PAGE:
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Childhood reflections with a touch of grace: Snakes on a bus

Having survived the trauma of being thrown half-naked from my hotel room as mentioned in a previous article, I was eager to have some fun of my own. Fear seemed to be a great vehicle for accomplishing this, so I began looking for the best possible scenario to stir up a bit of nerve-racking trouble.

It wasn't long before another youth trip rolled around and I found myself at Disney World, where I was certain that my devious intentions could be carried out. Sure enough, I happened across a gift shop that had prices that were sure to scare anyone.

Laying my financial fears aside, I discovered a hidden treasure in the toy section, hidden beneath a pile of worthless trinkets that were on sale for $20 or less. I named him Fred and he had the most beautiful black eyes I had ever seen. Plus, his body had a nice thickness, with that moist, slimy feel that one appreciates in a proper rubber snake. At the bargain price of $15.99, I was certain this was a sign from God that this was my day.

I carefully wrapped my snake in a brown paper bag, so that it would appear that I was toting around snacks. As I was prone to perpetual bouts of eating, this was a great disguise. I remained a perfect angel for the remainder of the day, because I knew we were making the long trip home in the evening.

As night fell, my creative juices began to stir in ways a youth pastor would naturally dread. It became clear to me that Fred would be at his scariest if many of my fellow travelers were almost asleep. I knew the time was right for action when most of the gossiping and flirting in the back few seats of the bus had ceased.

As a hushed silence fell upon my hapless victims, I sent Fred flying through the air from my seat, which was conveniently located in the middle of the bus. I didn't have to guess where he went, as a most piercing shriek was heard from the young lady in whose lap he landed. I noticed a slight swerve in the general direction the bus was traveling and my pastor's facial expressions suggested he might be looking for a more predictable profession very soon.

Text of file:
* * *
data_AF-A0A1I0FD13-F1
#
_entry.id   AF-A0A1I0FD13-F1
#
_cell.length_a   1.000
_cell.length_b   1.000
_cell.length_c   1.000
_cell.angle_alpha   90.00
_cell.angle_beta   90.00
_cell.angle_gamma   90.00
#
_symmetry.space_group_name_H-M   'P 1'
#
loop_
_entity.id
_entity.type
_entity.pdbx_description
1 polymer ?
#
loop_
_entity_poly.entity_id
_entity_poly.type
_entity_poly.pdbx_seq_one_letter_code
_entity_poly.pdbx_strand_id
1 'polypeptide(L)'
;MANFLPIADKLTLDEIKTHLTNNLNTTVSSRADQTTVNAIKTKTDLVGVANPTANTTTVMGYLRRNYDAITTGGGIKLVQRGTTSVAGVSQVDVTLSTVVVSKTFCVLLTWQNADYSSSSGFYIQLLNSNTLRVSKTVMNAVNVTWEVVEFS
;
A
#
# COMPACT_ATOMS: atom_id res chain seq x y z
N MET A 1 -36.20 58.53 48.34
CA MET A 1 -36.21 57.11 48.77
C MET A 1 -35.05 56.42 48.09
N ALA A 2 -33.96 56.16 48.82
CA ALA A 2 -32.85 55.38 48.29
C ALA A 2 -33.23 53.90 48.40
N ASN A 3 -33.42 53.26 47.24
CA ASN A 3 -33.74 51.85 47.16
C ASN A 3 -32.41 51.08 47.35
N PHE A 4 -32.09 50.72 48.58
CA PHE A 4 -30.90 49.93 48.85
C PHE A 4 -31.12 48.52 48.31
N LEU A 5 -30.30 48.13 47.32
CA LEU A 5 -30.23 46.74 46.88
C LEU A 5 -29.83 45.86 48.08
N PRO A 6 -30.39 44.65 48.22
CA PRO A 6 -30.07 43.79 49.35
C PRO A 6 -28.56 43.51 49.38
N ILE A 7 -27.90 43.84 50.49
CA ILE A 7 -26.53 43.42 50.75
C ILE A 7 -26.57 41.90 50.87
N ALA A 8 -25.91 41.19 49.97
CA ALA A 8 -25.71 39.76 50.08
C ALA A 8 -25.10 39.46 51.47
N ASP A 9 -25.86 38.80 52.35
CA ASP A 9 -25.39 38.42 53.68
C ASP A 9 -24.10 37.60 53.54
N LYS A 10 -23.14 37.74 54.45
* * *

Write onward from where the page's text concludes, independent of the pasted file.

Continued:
After offering penance for my deeds and some impressive negotiations, my snake and I were reunited. Once I got home, I was delighted to hear my sister was visiting. To welcome her home, I nestled Fred neatly between her bedsheets, just below her pillow. There's something about a shriek of terror that never gets old. My sweet sister was so startled at the sight of my rubber snake that she passed out, crumbling to the bed like cornbread over a plate of collard greens.

I got the feeling that this particular prank may have gone too far, as Fred was kidnapped by an unusually red-faced woman resembling my mother. I was later told that Fred had been spotted at a neighbor's yard sale.

My brothers took revenge for my sister a short time later, with a little help from a gust of wind that blew through a back window of our house, which caused my parent's bedroom door to slam. The commotion created visions of ghostly proportions that my brothers were more than happy to exaggerate.

I was so scared that my brothers ran with me to my parent's workplace, occasionally picking me up by my hands so they could enjoy the spectacle of my little legs spinning wildly in the air. I couldn't seem to stop my running motion, no matter what.

Fear has the ability to play some strange tricks on all of us. Due to our inherent frailty, we fear disease, scarcity, insecurity and any number of other plights that might befall us. Jesus offers an odd cure for all of these ills and it isn't what you would expect from an all-powerful God. According to Him, perfect love is the ticket (1 John 4:18). It isn't some massive show of strength or stealthy cunning that frees us from fear's dastardly grip, it's just love.

When God loves us, It's always perfect because He has no hidden agenda or prerequisites. It's just His nature to love. His provision on the cross clears us of guilt and shame, freeing us of the fear of never quite getting it right.

Something often missed in Christian circles is that the cross also reminds us of the impotence of earthly concerns. Who we are created to become is the only issue that follows us into eternity. The basis for most of our fears is centered around things down here that didn't turn out as expected, causing us to sometimes lose our trust in the goodness of God.

We would all do well to learn Paul's secret of being content with whatever state he found himself in on a given day. "To live is Christ. To die is gain," he said. Not much fear in that statement. That's what God's love does; turns our worries into wonders.

You may wake up tomorrow full of wonder and be worrying before noon. It's just the winds of fear attempting to slam the door on your new identity that sees every breath as an encounter with Christ and every deadly threat as a promotion opportunity. Rebuke those winds of fear and get you some of that "peace, be still."(Mark 4:39).  Fear, like rubber snakes and gentle breezes, has no power over you.

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